The first steps to after graduating from UGA are the ones taken under the Arch, but Khaled Alsafadi will not be able to take part in that tradition — at least not yet.

Situated between the University of Georgia’s North Campus and historic downtown Athens, the Arch is a landmark to the UGA and Athens community.

But for students and alumni with disabilities, it represents an example of inequality.

Alsafadi, along with classmate Carden Wyckoff, has created a petition on Change.org, which went live Wednesday afternoon to make the Arch accessible.

"I understand that it's not going to be done by the time I graduate," said Alsafadi, a senior majoring in psychology from Suwanee. "I'll have to come back and go through it, but what I really want to do is to leave something behind for all other students, so they are able to go through it."

In an e-mail statement to Alsafadi sent Thursday afternoon, Victor Wilson, vice president for student affairs, wrote, "I wanted to let you know that for special occasions, such as Commencement, the University is considering options to install a temporary access ramp and platform leading through the UGA Arch."

In the past, architects have proposed placing temporary platforms around the Arch during graduation for those with mobility impairments, but Alsafadi dismissed this option because it is not what he is aiming for.

"I want something aesthetically pleasing and permanent for everyone to go through," Alsafadi said. "And it's not just people in wheel chairs. It's anyone with mobility impairments — anyone with a walker, anyone with a crutch, anyone who can't walk up steps."

Wilson wrote to Alsafadi that including a ramp "would enable students and other community members with mobility impairments to participate fully in a symbolic pass through the Arch that has been associated with UGA special occasions.”

Alsafadi said he also approached the Disability Resource Center for help.

"The DRC said this comes up every four or five years and then it’s not done," he said. "They tell us we have access from Herty Drive. But for anyone with a disability, that's a long way to get to the Arch, and for some people, every step counts."

Wilson wrote he knows Alsafadi is aware this issue has been raised at times through the years, but he wrote, "It is my understanding that access to the Arch has been determined to be in compliance with ADA regulations."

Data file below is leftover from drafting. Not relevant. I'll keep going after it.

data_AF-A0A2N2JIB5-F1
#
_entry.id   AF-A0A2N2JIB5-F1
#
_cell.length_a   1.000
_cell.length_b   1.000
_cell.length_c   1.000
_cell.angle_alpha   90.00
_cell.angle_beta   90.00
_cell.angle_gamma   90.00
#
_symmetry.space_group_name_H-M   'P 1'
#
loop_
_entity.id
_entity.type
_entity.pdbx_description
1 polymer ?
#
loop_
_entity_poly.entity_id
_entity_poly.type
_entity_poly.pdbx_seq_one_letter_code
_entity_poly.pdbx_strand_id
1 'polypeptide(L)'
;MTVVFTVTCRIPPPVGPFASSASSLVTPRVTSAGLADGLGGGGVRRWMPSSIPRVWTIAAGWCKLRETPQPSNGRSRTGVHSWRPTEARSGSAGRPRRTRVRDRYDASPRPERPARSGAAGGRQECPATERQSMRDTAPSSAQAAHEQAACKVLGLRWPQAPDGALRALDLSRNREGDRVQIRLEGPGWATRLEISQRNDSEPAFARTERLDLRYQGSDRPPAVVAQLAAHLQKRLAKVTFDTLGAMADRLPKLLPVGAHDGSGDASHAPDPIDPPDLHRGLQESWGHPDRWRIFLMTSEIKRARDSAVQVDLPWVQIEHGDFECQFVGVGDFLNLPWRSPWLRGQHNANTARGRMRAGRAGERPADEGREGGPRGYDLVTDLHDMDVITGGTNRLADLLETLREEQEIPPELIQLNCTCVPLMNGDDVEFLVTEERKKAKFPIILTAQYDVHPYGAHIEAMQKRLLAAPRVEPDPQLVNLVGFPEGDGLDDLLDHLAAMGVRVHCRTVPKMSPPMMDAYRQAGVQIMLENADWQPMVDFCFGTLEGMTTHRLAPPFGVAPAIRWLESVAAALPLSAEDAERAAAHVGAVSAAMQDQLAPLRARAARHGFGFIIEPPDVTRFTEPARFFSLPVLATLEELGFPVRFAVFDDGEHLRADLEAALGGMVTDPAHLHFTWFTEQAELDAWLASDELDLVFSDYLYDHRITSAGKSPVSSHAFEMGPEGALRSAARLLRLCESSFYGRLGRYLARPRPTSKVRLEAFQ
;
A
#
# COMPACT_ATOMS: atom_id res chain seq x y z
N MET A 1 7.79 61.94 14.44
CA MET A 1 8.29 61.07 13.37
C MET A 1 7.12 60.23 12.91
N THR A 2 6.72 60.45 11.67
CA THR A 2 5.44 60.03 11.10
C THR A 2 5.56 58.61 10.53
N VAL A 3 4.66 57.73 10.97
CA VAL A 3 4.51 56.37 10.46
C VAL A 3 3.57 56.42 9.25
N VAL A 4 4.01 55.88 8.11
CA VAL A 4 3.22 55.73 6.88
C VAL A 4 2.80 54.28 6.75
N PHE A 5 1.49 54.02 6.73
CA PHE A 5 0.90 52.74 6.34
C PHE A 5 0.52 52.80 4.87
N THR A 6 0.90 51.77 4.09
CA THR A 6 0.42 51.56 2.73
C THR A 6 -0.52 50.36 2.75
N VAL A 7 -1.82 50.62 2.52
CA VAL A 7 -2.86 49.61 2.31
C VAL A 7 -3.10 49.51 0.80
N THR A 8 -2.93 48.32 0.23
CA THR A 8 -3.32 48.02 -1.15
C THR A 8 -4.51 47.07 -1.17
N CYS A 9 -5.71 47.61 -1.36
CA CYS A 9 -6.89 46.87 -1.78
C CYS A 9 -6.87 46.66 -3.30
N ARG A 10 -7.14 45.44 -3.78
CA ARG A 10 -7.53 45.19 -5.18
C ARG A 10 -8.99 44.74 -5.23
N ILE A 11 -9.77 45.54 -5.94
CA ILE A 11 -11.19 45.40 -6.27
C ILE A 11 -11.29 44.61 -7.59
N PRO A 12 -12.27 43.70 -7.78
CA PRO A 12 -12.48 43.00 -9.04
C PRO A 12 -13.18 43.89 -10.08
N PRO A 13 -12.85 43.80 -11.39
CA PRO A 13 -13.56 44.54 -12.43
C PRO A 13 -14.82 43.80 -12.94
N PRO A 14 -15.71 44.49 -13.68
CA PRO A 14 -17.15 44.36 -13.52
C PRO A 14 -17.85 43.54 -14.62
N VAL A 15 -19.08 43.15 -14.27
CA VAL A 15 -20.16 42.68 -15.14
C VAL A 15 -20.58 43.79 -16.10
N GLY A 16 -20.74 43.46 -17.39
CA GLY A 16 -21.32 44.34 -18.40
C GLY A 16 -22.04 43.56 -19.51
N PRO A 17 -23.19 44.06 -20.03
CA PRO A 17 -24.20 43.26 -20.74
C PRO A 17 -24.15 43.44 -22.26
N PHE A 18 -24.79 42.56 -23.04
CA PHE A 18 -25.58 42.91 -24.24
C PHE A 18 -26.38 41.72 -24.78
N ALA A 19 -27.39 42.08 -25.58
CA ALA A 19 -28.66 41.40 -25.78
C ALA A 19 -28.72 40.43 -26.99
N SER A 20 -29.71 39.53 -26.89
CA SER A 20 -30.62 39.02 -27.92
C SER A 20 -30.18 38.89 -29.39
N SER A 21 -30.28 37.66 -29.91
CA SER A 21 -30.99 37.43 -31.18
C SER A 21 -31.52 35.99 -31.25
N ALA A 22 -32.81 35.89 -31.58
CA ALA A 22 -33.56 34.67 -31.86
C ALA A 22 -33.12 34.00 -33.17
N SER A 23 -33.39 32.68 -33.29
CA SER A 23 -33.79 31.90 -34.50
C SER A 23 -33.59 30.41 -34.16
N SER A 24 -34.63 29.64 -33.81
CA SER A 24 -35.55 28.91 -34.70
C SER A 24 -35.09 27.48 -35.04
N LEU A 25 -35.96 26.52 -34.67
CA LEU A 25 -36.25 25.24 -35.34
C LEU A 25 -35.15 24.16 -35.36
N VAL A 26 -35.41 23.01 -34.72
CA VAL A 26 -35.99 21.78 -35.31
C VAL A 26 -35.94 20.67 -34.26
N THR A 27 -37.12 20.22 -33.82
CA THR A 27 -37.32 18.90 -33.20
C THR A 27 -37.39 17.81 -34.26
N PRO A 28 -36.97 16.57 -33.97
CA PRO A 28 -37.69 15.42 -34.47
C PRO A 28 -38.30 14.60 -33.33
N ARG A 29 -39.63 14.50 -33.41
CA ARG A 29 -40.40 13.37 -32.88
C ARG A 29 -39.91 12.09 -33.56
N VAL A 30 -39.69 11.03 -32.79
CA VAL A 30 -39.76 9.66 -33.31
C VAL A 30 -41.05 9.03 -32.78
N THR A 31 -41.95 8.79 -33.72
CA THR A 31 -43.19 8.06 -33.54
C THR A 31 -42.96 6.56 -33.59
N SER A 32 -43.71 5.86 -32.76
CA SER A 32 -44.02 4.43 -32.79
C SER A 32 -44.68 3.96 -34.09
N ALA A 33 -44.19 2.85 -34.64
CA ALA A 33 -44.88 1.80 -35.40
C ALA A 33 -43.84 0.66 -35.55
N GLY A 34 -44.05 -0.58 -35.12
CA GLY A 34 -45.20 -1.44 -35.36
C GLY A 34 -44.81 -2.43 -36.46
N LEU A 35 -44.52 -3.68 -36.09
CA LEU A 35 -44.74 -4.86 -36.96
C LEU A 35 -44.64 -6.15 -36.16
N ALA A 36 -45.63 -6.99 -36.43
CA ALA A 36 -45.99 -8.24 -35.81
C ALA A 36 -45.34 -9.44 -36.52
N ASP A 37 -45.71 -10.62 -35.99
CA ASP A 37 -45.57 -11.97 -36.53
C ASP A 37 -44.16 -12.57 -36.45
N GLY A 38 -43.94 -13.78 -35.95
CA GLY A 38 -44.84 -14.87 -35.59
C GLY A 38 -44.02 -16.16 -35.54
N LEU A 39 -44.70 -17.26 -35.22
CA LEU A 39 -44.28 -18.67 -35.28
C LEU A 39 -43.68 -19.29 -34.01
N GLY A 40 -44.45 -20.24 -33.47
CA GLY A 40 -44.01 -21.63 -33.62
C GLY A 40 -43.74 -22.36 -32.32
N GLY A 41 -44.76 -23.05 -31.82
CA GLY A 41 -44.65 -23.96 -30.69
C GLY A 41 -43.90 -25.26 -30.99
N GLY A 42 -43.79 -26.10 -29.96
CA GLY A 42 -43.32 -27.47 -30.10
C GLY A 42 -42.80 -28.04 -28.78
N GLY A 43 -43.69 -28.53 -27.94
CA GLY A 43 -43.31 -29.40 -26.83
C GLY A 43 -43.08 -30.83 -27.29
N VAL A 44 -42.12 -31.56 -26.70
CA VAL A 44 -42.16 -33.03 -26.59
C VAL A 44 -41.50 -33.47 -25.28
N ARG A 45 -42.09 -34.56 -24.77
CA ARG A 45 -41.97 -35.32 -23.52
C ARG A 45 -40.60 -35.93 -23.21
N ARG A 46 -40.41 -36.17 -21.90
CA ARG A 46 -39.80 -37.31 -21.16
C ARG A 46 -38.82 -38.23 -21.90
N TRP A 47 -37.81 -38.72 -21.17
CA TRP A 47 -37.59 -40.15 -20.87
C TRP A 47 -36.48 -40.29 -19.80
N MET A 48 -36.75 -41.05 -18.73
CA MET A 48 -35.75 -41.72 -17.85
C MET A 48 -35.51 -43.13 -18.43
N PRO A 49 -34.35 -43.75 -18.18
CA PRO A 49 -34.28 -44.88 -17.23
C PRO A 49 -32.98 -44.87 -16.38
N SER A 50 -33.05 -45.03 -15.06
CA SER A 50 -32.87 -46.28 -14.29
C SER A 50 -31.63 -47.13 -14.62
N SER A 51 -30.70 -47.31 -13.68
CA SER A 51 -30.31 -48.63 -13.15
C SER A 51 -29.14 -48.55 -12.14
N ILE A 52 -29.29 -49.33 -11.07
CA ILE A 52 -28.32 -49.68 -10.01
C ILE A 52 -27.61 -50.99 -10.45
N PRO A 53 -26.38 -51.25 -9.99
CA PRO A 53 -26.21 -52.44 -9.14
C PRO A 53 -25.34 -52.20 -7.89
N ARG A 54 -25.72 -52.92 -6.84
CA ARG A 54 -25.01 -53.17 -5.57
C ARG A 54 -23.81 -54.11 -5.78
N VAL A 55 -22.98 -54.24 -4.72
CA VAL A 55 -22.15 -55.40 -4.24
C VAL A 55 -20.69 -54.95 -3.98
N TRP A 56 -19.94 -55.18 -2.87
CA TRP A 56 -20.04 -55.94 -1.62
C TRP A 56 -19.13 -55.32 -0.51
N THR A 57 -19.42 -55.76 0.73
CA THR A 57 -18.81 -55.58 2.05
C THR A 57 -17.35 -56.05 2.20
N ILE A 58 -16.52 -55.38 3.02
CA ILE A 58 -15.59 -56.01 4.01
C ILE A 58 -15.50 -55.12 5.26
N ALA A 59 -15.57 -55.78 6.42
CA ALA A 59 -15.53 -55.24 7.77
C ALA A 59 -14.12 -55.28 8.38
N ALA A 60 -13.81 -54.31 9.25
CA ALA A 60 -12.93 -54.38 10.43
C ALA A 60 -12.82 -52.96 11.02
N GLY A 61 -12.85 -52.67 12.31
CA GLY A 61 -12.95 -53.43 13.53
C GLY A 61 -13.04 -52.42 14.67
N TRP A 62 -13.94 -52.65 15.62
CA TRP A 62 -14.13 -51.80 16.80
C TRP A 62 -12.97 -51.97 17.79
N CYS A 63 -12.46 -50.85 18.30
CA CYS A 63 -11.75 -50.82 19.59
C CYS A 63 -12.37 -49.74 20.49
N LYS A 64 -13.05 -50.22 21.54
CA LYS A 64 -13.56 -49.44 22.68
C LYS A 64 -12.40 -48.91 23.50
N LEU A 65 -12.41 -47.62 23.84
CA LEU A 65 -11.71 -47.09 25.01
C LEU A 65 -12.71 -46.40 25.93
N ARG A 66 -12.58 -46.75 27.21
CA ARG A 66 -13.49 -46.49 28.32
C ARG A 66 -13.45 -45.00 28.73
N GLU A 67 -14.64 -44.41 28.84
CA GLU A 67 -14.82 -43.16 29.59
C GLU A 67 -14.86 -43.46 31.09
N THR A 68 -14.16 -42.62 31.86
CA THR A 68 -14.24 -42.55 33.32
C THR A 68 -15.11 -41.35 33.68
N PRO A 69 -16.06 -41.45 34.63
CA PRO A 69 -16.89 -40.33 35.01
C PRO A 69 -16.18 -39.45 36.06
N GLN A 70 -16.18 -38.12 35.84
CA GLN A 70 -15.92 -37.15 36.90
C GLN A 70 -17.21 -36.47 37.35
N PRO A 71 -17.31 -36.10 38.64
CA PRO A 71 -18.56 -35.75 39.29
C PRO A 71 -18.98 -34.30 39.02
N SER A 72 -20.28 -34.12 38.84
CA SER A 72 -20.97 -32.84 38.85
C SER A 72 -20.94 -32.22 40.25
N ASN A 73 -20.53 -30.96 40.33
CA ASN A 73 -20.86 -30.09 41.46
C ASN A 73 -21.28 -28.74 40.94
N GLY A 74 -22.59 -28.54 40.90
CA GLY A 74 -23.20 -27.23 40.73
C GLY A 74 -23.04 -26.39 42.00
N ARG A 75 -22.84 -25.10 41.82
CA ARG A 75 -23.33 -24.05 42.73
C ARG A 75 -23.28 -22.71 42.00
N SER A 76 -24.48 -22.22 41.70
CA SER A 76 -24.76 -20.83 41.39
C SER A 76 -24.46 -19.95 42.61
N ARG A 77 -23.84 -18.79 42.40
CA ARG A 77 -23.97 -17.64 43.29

The lack of equality created from the access to the Arch has bothered Alsafadi since freshman year. About a month ago, he teamed up with Wyckoff to start changing things.

Wilson said that though the options may not represent the permanent resolution that Alsafadi and his partners may desire, he hopes he will see these efforts as a further reflection of the University’s long-standing commitment to ensure equal access and opportunity.

Wyckoff helped launched a Facebook page Feb. 23 called Make UGA's Arch Accessible.

"We are trying to get students, faculty, alumni and community members on board because changing the Arch is huge," said Wyckoff, a junior majoring in biological science from Marietta. "It's an iconic symbol. So we wanted to make sure everyone is okay with it."

The page has received more than 1,600 likes, as of press time, and is continuing to grow.

"We are so humbled and so blown away by the amount of support and responses we have received from the community," Wyckoff said. "We had no idea it would explode like this."

Like Alsafadi, Wyckoff wants to make the change to pave the way for future generations.

"Not only do I want to leave my mark on UGA, I want to be able to make an impact on future bulldogs," Wyckoff said. "And for those that come after me, I want to be able to see their smiling faces walk through the Arch with pride and confidence and not have to worry about that issue so they can say d---, it's great to be a bulldog."

Wyckoff said it would not only mean a lot to her to see this change happen, but it would show UGA in a positive light.

"It would not only show that UGA is a leader but also a highly regarded institution for education and treating its family all equally despite their disabilities or mobility," Wyckoff said.

Alsafadi, who is in a wheelchair, and Wyckoff, who wears braces to walk, recruited the help of Marquise Lane, who uses a walker, to present three different types of students who would benefit from making the Arch accessible.

Lane was unavailable for comment.

Alsafadi said he sees this needed change as something all student can benefit from.

"UGA making this accessible symbolizes their ongoing effort to create equality for all students in the whole UGA family," Alsafadi said, "regardless of their mobility or disability." 

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